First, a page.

Mr. Addison said in filing the application, the NDC made certain averments saying, ?I don?t understand why the application for joinder was filed before the EC?s response and yet were able to make certain reference to the EC?s answers.?

He said even though the NPP sponsored Nana Akufo- Addo, the party is precluded from bringing a petition in the same instance as the NDC.

He dismissed Mr Tsikata?s submission that the NPP applied to be joined in the Ekwam v. Pianirn case, saying there were reliefs sought and the NPP automatically became an interested party. ?It is different from what the NDC is seeking to do in this case.?

He also said the case in which Mr. Tsikata himself testifies during his (Mr. Tsikata) trial could not apply in this case saying, ?The IFC had not applied to join the Tsikata proceedings. In this case, the NDC is seeking to join.?

He said ?the NDC woefully failed to demonstrate that they are a necessary party to this petition.?

He said that applications for joinders were normally done to avoid a multiplicity of suits and in this case that fear was erased because the case was time-bound adding, ?They are not even qualified to bring a petition.?

He said that interestingly, the NDC cited all the cases that Chris Ackumey relied on unsuccessfully when he filed to join the suit in which one Ransford France tried to block the EC from going ahead to create 45 additional constituencies.

?Are they suggesting they can put up a better fight than the respondent who is threatening to bring 4,800 witnesses?? he asked, adding that ?the application if granted will muddy the waters.?


When counsel finished his long submission, Tony Lithur representing President Mahama told the court he wanted to respond on points of law but the NPP team objected saying he should have filed formally to be able to make an input.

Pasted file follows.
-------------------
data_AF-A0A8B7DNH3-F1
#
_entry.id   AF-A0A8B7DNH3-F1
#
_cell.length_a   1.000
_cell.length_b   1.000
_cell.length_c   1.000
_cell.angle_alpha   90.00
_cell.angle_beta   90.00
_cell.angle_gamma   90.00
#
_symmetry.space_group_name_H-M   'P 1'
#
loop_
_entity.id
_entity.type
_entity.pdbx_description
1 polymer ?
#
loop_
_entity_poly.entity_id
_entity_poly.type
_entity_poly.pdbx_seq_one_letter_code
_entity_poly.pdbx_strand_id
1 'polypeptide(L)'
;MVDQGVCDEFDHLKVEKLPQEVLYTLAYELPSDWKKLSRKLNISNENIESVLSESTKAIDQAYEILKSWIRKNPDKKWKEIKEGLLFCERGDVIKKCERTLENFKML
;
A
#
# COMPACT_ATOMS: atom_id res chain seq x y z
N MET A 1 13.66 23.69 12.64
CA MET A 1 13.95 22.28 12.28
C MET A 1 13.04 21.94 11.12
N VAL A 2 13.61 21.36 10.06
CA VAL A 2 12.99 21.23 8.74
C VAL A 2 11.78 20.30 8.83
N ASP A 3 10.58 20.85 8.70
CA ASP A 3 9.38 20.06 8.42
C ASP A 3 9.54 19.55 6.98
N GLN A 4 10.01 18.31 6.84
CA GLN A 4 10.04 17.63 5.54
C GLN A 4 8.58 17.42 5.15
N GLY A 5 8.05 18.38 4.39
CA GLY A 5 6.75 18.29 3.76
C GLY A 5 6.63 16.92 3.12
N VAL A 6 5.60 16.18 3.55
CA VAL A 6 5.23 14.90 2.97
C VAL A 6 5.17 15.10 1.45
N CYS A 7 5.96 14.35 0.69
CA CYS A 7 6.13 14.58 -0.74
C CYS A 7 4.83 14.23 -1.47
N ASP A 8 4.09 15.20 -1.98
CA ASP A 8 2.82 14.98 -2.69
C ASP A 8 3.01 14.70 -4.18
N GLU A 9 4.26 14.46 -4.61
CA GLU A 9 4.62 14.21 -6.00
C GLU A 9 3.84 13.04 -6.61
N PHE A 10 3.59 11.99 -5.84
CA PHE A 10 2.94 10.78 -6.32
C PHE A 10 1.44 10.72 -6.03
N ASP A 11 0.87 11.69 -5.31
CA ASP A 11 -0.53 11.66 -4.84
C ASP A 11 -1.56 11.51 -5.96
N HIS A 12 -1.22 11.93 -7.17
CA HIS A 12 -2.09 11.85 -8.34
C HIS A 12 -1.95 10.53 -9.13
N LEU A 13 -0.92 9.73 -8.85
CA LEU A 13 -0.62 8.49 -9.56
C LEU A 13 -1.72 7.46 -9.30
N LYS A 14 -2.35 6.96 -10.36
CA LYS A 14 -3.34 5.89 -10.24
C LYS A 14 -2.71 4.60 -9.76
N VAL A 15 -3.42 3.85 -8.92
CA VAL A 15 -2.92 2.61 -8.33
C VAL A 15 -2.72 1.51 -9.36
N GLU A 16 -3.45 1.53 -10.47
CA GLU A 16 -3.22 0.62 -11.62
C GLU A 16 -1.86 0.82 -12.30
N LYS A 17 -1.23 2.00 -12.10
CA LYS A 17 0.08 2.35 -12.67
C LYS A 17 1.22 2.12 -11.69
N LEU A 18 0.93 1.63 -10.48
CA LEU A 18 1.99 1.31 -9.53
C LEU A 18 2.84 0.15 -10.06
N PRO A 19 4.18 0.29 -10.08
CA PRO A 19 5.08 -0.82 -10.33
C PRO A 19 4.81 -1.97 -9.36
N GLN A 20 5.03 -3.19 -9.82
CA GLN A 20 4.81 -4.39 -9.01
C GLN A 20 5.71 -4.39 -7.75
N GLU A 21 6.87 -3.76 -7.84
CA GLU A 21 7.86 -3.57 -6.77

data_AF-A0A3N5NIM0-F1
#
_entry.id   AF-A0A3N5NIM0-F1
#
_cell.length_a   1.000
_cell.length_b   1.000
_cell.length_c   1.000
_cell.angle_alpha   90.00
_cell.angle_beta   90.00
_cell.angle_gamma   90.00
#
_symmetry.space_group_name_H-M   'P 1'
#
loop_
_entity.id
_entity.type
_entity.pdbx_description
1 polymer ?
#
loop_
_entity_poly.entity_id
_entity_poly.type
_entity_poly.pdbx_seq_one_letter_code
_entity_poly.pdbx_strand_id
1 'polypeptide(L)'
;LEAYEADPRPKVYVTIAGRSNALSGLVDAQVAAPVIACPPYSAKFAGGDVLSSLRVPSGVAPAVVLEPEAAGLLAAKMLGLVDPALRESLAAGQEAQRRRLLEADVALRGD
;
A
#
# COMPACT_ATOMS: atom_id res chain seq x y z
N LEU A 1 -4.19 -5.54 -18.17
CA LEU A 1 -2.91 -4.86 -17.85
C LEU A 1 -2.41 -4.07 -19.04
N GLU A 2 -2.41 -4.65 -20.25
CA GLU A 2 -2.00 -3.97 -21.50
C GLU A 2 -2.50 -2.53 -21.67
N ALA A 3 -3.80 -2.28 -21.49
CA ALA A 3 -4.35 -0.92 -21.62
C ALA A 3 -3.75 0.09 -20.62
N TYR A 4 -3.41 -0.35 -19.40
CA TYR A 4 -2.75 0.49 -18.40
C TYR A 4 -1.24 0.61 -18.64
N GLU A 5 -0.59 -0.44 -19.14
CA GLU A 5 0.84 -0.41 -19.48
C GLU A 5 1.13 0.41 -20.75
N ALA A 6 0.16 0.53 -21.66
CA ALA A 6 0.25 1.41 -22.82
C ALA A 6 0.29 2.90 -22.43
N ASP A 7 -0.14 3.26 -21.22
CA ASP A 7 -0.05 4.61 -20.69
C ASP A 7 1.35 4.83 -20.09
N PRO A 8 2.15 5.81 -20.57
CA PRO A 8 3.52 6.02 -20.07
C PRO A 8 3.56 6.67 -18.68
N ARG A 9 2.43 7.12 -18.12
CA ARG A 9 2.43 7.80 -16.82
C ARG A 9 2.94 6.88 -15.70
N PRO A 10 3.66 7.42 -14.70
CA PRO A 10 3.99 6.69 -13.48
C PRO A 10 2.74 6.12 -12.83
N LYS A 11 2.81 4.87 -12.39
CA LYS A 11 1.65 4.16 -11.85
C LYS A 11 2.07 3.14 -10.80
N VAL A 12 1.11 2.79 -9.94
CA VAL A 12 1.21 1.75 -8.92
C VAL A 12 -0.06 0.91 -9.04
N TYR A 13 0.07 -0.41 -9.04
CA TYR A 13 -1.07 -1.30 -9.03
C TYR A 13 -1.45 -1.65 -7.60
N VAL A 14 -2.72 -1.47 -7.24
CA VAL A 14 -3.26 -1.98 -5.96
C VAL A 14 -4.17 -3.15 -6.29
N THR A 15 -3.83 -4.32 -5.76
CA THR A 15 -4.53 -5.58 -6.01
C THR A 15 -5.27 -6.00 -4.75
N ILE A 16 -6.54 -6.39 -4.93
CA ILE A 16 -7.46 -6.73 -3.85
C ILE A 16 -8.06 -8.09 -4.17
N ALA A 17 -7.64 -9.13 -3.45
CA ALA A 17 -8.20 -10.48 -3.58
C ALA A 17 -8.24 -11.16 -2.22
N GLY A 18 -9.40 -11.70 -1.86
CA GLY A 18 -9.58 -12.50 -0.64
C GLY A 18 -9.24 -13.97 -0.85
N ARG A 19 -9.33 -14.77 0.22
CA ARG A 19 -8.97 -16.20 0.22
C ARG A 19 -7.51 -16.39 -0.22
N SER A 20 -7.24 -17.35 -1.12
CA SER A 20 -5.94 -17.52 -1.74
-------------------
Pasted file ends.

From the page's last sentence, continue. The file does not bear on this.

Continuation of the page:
After a back and forth argument, the court, by a 6-3 majority decision, said Mr. Lithur could put in a submission.

He said he associated himself with the NDC?s application and added that the pluralism of the Constitution found expression in political parties.

?The NPP seeks to eliminate political parties for the contest of the highest office of the land.?


Mr. Addison again responded that there was nowhere in President Mahama?s answer to the petition that he would need the NDC, saying, ?I think it is an afterthought.?

?He didn?t file any affidavit or state in its response that it would require an answer. It is a breach of the rules and it is an afterthought.?


James Quarshie-Idun representing the EC said ?it is not our intention to make any submission on this motion for joinder.?

Mr. Tsikata then mounted the platform to reply to the NPP?s submission and cited C.I. 16 Rule 4 (b)(1) and said it is relevant to Rule 45 (4).

He said that statutory declaration had nothing to do with the constitutional role of political parties because ?we are standing on the constitutional right.?

The court adjourned proceedings until January 22, for ruling on whether or not the NDC should be allowed to join the petition as respondents.